• Requires very little overhead from the writer of the documentation. Plain text will do, Markdown is support, and for more fancy or structured output HTML tags and/or some of doxygen's special commands can be used.
  • Cross platform: works on Windows and many Unix flavors (including Linux and MacOSX).
  • Indexes, organizes and generates browsable and cross-referenced output even from undocumented code.
  • Generates structured XML output for parsed sources, which can be used by external tools.
  • Supports C/C++, Java, (Corba and Microsoft) Java, Python, VHDL, PHP IDL, C#, Fortran, TCL, Objective-C 2.0, and to some extent D sources.
  • Supports documentation of files, namespaces, packages, classes, structs, unions, templates, variables, functions, typedefs, enums and defines.
  • JavaDoc (1.1), qdoc3 (partially), and ECMA-334 (C# spec.) compatible.
  • Comes with a GUI frontend (Doxywizard) to ease editing the options and run doxygen. The GUI is available on Windows, Linux, and MacOSX.
  • Automatically generates class and collaboration diagrams in HTML (as clickable image maps) and $\mbox{\LaTeX}$ (as Encapsulated PostScript images).
  • Uses the dot tool of the Graphviz tool kit to generate include dependency graphs, collaboration diagrams, call graphs, directory structure graphs, and graphical class hierarchy graphs.
  • Allows grouping of entities in modules and creating a hierarchy of modules.
  • Flexible comment placement: Allows you to put documentation in the header file (before the declaration of an entity), source file (before the definition of an entity) or in a separate file.
  • Generates a list of all members of a class (including any inherited members) along with their protection level.
  • Outputs documentation in on-line format (XHTML and UNIX man page) and off-line format ( $\mbox{\LaTeX}$ and RTF) simultaneously (any of these can be disabled if desired). All formats are optimized for ease of reading.
    Furthermore, compressed HTML can be generated from HTML output using Microsoft's HTML Help Workshop (Windows only) and PDF can be generated from the $\mbox{\LaTeX}$ output.
  • Support for various third party help formats including HTML Help, docsets, Qt-Help, and eclipse help.
  • Includes a full C preprocessor to allow proper parsing of conditional code fragments and to allow expansion of all or part of macros definitions.
  • Automatically detects public, protected and private sections, as well as the Qt specific signal and slots sections. Extraction of private class members is optional.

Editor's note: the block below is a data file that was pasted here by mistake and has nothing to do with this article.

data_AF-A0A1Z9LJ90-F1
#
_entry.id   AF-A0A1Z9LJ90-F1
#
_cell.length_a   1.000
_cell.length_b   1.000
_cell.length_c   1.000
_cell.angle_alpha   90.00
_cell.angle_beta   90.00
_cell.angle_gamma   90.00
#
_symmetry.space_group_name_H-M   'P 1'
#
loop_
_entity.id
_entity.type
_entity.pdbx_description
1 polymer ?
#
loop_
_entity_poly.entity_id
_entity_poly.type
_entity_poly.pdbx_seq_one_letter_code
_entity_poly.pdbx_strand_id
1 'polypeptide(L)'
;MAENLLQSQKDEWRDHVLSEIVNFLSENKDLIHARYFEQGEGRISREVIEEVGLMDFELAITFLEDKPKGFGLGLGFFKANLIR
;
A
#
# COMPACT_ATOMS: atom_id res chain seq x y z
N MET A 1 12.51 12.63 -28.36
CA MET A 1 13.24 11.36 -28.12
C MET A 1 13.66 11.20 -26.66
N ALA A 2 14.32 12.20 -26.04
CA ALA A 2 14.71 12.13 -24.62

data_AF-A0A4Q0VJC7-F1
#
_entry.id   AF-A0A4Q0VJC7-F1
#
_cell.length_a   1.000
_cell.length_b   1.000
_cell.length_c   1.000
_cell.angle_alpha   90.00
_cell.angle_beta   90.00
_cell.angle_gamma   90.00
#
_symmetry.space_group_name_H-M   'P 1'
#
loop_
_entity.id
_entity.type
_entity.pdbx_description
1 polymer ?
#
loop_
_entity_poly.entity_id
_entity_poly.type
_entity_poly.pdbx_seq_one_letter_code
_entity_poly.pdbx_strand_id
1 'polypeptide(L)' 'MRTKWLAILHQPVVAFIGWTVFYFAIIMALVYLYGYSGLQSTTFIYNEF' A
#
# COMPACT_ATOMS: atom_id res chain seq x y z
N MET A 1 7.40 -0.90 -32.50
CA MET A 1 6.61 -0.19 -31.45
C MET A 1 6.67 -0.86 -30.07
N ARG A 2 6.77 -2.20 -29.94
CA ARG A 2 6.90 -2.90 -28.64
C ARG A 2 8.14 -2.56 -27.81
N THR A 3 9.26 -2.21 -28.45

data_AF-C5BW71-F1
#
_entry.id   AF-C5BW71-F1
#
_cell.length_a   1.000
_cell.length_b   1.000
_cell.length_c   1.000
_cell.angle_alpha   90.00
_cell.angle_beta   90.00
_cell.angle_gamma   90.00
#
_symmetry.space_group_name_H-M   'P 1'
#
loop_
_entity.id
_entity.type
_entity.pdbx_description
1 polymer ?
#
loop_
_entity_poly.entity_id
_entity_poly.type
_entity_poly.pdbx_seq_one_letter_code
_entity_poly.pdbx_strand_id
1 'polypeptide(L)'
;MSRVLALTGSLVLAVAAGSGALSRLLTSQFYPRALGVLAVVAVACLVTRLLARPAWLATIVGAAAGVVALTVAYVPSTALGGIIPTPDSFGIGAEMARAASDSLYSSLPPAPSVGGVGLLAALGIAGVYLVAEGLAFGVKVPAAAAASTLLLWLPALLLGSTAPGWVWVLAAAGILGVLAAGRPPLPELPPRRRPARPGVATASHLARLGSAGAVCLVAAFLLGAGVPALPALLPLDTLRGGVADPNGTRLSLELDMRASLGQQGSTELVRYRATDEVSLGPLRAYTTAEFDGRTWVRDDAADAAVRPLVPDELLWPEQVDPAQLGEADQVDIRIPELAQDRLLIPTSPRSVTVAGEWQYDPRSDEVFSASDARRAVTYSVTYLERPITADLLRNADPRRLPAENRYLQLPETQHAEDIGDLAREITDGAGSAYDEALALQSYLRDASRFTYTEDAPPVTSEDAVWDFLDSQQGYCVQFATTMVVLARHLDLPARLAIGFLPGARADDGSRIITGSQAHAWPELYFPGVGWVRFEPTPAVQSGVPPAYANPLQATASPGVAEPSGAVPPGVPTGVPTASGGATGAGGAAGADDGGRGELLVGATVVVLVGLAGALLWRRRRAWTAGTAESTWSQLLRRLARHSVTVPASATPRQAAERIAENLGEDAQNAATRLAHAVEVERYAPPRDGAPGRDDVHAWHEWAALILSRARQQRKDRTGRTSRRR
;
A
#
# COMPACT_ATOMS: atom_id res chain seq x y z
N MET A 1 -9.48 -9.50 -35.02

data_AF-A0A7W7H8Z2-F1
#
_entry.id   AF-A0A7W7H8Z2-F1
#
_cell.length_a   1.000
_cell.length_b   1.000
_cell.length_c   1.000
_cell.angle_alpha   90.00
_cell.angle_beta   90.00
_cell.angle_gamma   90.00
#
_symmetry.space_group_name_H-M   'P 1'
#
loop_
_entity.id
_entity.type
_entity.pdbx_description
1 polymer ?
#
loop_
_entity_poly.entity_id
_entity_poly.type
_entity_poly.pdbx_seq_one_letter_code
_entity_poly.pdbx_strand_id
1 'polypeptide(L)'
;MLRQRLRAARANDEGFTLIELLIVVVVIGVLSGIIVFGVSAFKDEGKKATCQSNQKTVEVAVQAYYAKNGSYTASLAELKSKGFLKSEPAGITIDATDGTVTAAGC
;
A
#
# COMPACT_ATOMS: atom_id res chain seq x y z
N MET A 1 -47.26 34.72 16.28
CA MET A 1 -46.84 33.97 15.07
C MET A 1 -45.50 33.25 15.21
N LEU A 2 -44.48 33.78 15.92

• Automatically generates references to documented classes, files, namespaces and members. Documentation of global functions, global variables, typedefs, defines and enumerations is also supported.
  • References to base/super classes and inherited/overridden members are generated automatically.
  • Includes a fast, rank based search engine to search for strings or words in the class and member documentation (PHP based).
  • Includes an Javascript based live search feature to search for symbols as you type (for small to medium sized projects).
  • You can type normal HTML tags in your documentation. Doxygen will convert them to their equivalent $\mbox{\LaTeX}$, RTF, and man-page counterparts automatically.
  • Allows references to documentation generated for other (doxygen documented) projects (or another part of the same project) in a location independent way.
  • Allows inclusion of source code examples that are automatically cross-referenced with the documentation.
  • Inclusion of undocumented classes is also supported, allowing to quickly learn the structure and interfaces of a (large) piece of code without looking into the implementation details.
  • Allows automatic cross-referencing of (documented) entities with their definition in the source code.
  • All source code fragments are syntax highlighted for ease of reading.
  • Allows inclusion of function/member/class definitions in the documentation.
  • All options are read from an easy to edit and (optionally) annotated configuration file.
  • Documentation and search engine can be transferred to another location or machine without regenerating the documentation.
  • Supports many different character encodings and uses UTF-8 internally and for the generated output.
  • Doxygen can generate a layout which you can use and edit to change the layout of each page.
  • There more than a 100 configurable options to fine-tune the output.
  • Can cope with large projects easily.

Although doxygen can now be used in any project written in a language that is supported by doxygen, initially it was specifically designed to be used for projects that make use of Qt Software's Qt toolkit. I have tried to make doxygen `Qt-compatible'. That is: Doxygen can read the documentation contained in the Qt source code and create a class browser that looks quite similar to the one that is generated by Qt Software. Doxygen understands the C++ extensions used by Qt such as signals and slots and many of the markup commands used in the Qt sources.

Doxygen can also automatically generate links to existing documentation that was generated with Doxygen or with Qt's non-public class browser generator. For a Qt based project this means that whenever you refer to members or classes belonging to the Qt toolkit, a link will be generated to the Qt documentation. This is done independent of where this documentation is located!

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